“Community-led initiatives are crucial to combatting the illegal wildlife trade and the Black Mambas highlight the importance and effectiveness of local knowledge and commitment. Their many successes are a result of their impressive courage and determination to make a difference in their community,” said UNEP Executive Director, Achim Steiner, as he presented them with the 2015 Champions of the Earth award. “The Black Mambas are an inspiration not only locally, but across the world to all those working to eliminate the scourge of the illegal wildlife trade. With every rhino saved the Black Mambas demonstrate that action on a local level is critical to achieving global sustainability and equity.”
Their success at combatting poaching in their area highlights the importance of tackling problems such as these at grass roots level, and the need to work closely with communities who are most affected.
US Army Veterans on a New Mission
Veterans Empowered to Protect African Wildlife (VETPAW) is another group on a mission to protect African wildlife from poachers, which coincidentally was also founded in 2013. War veterans often struggle to find purpose and meaning in their lives upon returning from serving their country, and many struggle to find a job. This can often lead to depression and anxiety. Yet these ex-military vets have skills — skills which can be put to very good use in the war against poaching.
“When I returned to civilian life after the Marine Corp, I lost myself. I didn’t really know what I was here for,” says Ryan Tate, founder of VETPAW. “Learning about the brutality of the poaching crisis and the rangers who are dying protecting wildlife, hit me harder than anything I’d ever seen—and I’ve seen some crazy stuff. I realized I have the skills necessary to help save animals and the people who risk their lives daily. That’s when I decided to create VETPAW”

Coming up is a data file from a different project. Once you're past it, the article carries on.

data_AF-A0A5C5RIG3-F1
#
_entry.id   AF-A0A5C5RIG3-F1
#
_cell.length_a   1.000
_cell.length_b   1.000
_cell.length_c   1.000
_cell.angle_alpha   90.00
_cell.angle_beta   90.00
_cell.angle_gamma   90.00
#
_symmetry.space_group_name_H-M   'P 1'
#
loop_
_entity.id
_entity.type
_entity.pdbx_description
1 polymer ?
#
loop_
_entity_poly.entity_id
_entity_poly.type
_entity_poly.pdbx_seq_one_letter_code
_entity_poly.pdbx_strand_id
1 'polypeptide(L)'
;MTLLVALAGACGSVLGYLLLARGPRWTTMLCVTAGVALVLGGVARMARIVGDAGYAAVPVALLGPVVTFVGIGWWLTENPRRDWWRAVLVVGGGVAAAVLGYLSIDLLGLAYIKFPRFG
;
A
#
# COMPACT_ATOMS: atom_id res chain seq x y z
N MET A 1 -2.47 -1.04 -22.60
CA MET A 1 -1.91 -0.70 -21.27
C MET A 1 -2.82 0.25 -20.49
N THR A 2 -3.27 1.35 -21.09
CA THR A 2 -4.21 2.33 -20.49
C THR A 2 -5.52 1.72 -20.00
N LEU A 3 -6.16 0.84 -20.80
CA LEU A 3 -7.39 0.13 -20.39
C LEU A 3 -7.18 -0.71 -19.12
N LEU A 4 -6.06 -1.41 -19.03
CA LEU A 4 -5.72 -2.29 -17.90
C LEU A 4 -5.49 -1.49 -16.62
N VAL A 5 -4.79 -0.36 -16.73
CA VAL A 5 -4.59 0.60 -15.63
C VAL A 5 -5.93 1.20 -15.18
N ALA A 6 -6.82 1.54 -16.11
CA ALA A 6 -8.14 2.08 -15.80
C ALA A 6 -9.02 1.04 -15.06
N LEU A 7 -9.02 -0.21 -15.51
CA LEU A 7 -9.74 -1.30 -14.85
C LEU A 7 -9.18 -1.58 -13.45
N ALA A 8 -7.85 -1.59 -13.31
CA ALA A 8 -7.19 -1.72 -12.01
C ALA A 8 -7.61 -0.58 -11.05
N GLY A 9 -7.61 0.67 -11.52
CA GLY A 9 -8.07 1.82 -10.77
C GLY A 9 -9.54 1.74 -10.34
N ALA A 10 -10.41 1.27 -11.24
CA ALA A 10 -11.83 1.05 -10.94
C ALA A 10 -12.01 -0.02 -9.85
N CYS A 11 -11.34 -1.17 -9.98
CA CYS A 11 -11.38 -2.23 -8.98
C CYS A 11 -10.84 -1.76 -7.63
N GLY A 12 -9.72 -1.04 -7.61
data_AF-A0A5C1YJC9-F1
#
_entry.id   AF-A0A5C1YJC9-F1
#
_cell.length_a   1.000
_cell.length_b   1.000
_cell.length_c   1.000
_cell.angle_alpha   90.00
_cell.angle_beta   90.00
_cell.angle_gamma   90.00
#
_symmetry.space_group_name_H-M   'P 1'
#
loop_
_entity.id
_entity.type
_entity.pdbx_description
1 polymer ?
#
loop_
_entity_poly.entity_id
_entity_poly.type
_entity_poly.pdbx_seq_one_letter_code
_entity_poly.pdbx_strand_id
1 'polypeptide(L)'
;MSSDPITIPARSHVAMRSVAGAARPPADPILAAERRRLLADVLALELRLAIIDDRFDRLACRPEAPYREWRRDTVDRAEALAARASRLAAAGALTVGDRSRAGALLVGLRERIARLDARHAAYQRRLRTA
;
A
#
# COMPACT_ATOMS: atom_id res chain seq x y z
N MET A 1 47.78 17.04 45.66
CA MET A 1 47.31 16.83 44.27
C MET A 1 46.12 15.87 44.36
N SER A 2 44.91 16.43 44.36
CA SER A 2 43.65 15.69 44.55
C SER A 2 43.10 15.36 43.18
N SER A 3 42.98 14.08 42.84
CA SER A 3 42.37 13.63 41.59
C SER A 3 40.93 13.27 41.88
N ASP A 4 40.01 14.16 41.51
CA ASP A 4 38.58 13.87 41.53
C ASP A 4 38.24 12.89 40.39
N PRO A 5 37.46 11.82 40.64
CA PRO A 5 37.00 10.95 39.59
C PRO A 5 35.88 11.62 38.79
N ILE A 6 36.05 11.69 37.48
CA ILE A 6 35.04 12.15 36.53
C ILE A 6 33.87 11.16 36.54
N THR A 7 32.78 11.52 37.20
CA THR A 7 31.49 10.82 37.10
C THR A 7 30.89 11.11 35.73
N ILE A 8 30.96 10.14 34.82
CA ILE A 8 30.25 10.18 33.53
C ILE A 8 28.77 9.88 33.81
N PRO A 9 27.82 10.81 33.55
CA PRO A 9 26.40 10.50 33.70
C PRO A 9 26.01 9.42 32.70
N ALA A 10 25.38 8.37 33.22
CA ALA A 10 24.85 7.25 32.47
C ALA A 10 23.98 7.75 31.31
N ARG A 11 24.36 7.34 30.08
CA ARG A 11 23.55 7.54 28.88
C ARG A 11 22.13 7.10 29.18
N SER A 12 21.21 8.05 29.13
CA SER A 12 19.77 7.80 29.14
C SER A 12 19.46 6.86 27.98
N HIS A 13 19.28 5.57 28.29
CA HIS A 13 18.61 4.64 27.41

In many cases park rangers in Africa lack the necessary skills, putting their lives in danger while trying to protect wildlife. Along with the thousands of rhino and elephant killed each year, several rangers have lost their lives valiantly trying to defend helpless wildlife. VETPAW provides meaningful employment to US military veterans returning from war zones who can now utilize their expertise and unrivalled skills to train and support park rangers in their ongoing fight to protect endangered wildlife from poachers in Africa.
One such vet is Kinessa Johnson, a female U.S. Army veteran who hails from Western Washington. Johnson recently joined VETPAW as an anti-poaching advisor, training female park rangers in Southern Africa. In a recent interview with King 5 News, Johnson explains that working alongside park rangers in Africa is a rewarding experience that benefits both parties.
“We work side by side with park rangers and it’s truly a learning experience for not only park rangers but also our team,” said Johnson. “Our intention is not to harm anyone; we’re here to train park rangers so they can track and detain poachers and ultimately prevent poaching.”
While photos depict Johnson as a badass take-no-prisoners kind of girl brandishing a very large weapon, in the interview she quickly points out that she’s not a ‘poacher hunter’.
“I’m a technical adviser to anti-poaching rangers so I patrol routinely with them and also assist in intelligence operations,” she explains. “Most of the time anyone that is in a reserve with a weapon is considered a threat and can be shot if rangers feel threatened. Our goal is to prevent trigger pulling through strategic movements and methods of prevention.”
But it’s very clear that Johnson loves her job and is passionate about protecting critically endangered wildlife in Africa.
“Imagine one of your community’s most cherished assets disappearing forever. It impacts everything,” she said.
To win the war on rhino poaching, we first have to fight, and win, a series of ongoing battles. These initiatives are doing just that, providing a glimmer of hope for the future of Africa’s rhino populations.